agricultural policy

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Fig. 6 Agricultural policy. (a) The short-term shifts in supply (S) and their effects on price (P) and quantity (Q).

(b) Long-term shifts caused by the influence of productivity improvement on supply.

agricultural policy

a policy concerned both with protecting the economic interests of the agricultural community by subsidizing farm prices and incomes, and with promoting greater efficiency by encouraging farm consolidation and mechanization.

The rationale for supporting agriculture partly reflects the ‘special case’ nature of the industry itself: agriculture, unlike manufacturing industry, is especially vulnerable to events outside its immediate control. Supply tends to fluctuate erratically from year to year, depending upon such vagaries as the weather and the incidence of pestilence and disease, S1, S2 and S3 in Fig. 6 (a), causing wide changes in farm prices and farm incomes. Over the long term, while the demand for many basic foodstuffs and animal produce has grown only slowly, from DD to D1D1 in Fig. 6 (b), significant PRODUCTIVITY improvements associated with farm mechanization, chemical fertilizers and pesticides, etc., have tended to increase supply at a faster rate than demand, from SS to S1 S1 in Fig. 6 (b), causing farm prices and incomes to fall (see MARKET FAILURE).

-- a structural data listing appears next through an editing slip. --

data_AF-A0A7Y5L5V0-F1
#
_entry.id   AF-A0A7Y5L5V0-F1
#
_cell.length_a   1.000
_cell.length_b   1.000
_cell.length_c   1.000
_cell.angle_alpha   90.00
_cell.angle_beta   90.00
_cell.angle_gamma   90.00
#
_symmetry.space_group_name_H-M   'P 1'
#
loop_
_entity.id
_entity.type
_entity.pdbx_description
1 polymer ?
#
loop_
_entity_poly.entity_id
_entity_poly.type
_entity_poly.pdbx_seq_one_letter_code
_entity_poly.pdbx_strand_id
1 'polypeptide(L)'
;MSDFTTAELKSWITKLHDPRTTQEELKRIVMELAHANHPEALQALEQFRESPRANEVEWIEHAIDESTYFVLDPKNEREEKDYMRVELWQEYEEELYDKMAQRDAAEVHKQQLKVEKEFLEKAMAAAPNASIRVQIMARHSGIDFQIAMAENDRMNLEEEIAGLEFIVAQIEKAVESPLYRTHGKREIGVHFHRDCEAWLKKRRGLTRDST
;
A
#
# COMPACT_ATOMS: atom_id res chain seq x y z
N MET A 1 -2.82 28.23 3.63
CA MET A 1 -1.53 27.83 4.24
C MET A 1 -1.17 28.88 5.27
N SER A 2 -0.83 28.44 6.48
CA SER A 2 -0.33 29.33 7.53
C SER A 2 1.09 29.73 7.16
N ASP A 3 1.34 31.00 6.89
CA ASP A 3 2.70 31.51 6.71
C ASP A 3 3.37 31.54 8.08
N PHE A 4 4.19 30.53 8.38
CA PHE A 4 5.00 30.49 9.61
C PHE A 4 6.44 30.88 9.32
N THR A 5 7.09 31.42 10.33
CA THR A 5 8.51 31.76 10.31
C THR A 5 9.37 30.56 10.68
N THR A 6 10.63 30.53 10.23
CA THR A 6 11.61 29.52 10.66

Farming can thus be very much a hit-and-miss affair, and governments concerned with the impact of changes in food supplies and prices (on, for example, the level of farm incomes, the balance of payments and inflation rates) may well feel some imperative to regulate the situation. But there are also social and political factors at work; for example, the desire to preserve rural communities and the fact that, even in some advanced industrial countries (for example, the European Union), the agricultural sector often commands a political vote out of all proportion to its economic weight. See ENGEL'S LAW, COBWEB THEOREM, PRICE SUPPORT, INCOME SUPPORT, COMMON AGRICULTURAL POLICY, FOOD AND AGRICULTURAL ORGANIZATION.

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